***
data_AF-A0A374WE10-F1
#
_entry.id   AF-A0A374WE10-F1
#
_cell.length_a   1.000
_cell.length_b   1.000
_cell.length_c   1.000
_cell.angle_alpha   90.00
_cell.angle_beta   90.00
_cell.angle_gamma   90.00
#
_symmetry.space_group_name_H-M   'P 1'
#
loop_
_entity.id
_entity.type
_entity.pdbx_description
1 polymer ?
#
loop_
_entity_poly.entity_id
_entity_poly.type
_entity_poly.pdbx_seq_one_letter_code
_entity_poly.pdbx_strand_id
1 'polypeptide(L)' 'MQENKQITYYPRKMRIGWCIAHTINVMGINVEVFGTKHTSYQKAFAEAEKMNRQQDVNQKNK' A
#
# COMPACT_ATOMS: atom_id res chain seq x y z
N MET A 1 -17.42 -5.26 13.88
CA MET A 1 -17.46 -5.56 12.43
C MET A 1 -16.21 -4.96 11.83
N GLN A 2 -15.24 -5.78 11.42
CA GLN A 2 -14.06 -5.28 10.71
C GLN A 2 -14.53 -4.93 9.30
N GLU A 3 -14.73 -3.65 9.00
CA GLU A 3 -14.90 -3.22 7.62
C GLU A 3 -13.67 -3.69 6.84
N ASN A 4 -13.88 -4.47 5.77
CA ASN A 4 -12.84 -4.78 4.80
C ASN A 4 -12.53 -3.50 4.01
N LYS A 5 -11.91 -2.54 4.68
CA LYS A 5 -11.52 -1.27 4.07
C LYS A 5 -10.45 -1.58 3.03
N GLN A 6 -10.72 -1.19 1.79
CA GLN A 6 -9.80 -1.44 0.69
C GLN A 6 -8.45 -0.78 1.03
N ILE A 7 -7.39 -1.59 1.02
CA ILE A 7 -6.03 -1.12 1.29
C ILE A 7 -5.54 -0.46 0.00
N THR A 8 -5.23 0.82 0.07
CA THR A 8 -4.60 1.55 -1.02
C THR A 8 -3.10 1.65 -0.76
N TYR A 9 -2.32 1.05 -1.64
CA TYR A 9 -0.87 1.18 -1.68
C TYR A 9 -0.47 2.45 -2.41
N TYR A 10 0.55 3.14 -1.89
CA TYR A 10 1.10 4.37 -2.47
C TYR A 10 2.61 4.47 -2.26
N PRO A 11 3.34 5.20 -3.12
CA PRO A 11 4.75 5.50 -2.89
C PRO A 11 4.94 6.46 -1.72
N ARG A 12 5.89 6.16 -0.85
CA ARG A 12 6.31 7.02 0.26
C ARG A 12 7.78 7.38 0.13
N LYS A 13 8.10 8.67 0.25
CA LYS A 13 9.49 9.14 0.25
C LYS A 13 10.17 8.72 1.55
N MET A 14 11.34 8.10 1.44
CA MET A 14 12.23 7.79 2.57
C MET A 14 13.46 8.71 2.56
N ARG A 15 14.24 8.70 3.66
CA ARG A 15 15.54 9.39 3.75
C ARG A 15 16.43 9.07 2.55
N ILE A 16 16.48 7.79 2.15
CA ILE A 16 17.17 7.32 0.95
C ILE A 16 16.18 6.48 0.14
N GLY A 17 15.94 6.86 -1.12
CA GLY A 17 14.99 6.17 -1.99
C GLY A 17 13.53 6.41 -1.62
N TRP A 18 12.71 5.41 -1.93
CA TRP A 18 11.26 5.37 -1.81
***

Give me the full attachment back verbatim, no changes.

data_AF-A0A374WE10-F1
#
_entry.id   AF-A0A374WE10-F1
#
_cell.length_a   1.000
_cell.length_b   1.000
_cell.length_c   1.000
_cell.angle_alpha   90.00
_cell.angle_beta   90.00
_cell.angle_gamma   90.00
#
_symmetry.space_group_name_H-M   'P 1'
#
loop_
_entity.id
_entity.type
_entity.pdbx_description
1 polymer ?
#
loop_
_entity_poly.entity_id
_entity_poly.type
_entity_poly.pdbx_seq_one_letter_code
_entity_poly.pdbx_strand_id
1 'polypeptide(L)' 'MQENKQITYYPRKMRIGWCIAHTINVMGINVEVFGTKHTSYQKAFAEAEKMNRQQDVNQKNK' A
#
# COMPACT_ATOMS: atom_id res chain seq x y z
N MET A 1 -17.42 -5.26 13.88
CA MET A 1 -17.46 -5.56 12.43
C MET A 1 -16.21 -4.96 11.83
N GLN A 2 -15.24 -5.78 11.42
CA GLN A 2 -14.06 -5.28 10.71
C GLN A 2 -14.53 -4.93 9.30
N GLU A 3 -14.73 -3.65 9.00
CA GLU A 3 -14.90 -3.22 7.62
C GLU A 3 -13.67 -3.69 6.84
N ASN A 4 -13.88 -4.47 5.77
CA ASN A 4 -12.84 -4.78 4.80
C ASN A 4 -12.53 -3.50 4.01
N LYS A 5 -11.91 -2.54 4.68
CA LYS A 5 -11.52 -1.27 4.07
C LYS A 5 -10.45 -1.58 3.03
N GLN A 6 -10.72 -1.19 1.79
CA GLN A 6 -9.80 -1.44 0.69
C GLN A 6 -8.45 -0.78 1.03
N ILE A 7 -7.39 -1.59 1.02
CA ILE A 7 -6.03 -1.12 1.29
C ILE A 7 -5.54 -0.46 0.00
N THR A 8 -5.23 0.82 0.07
CA THR A 8 -4.60 1.55 -1.02
C THR A 8 -3.10 1.65 -0.76
N TYR A 9 -2.32 1.05 -1.64
CA TYR A 9 -0.87 1.18 -1.68
C TYR A 9 -0.47 2.45 -2.41
N TYR A 10 0.55 3.14 -1.89
CA TYR A 10 1.10 4.37 -2.47
C TYR A 10 2.61 4.47 -2.26
N PRO A 11 3.34 5.20 -3.12
CA PRO A 11 4.75 5.50 -2.89
C PRO A 11 4.94 6.46 -1.72
N ARG A 12 5.89 6.16 -0.85
CA ARG A 12 6.31 7.02 0.26
C ARG A 12 7.78 7.38 0.13
N LYS A 13 8.10 8.67 0.25
CA LYS A 13 9.49 9.14 0.25
C LYS A 13 10.17 8.72 1.55
N MET A 14 11.34 8.10 1.44
CA MET A 14 12.23 7.79 2.57
C MET A 14 13.46 8.71 2.56
N ARG A 15 14.24 8.70 3.66
CA ARG A 15 15.54 9.39 3.75
C ARG A 15 16.43 9.07 2.55
N ILE A 16 16.48 7.79 2.15
CA ILE A 16 17.17 7.32 0.95
C ILE A 16 16.18 6.48 0.14
N GLY A 17 15.94 6.86 -1.12
CA GLY A 17 14.99 6.17 -1.99
C GLY A 17 13.53 6.41 -1.62
N TRP A 18 12.71 5.41 -1.93
CA TRP A 18 11.26 5.37 -1.81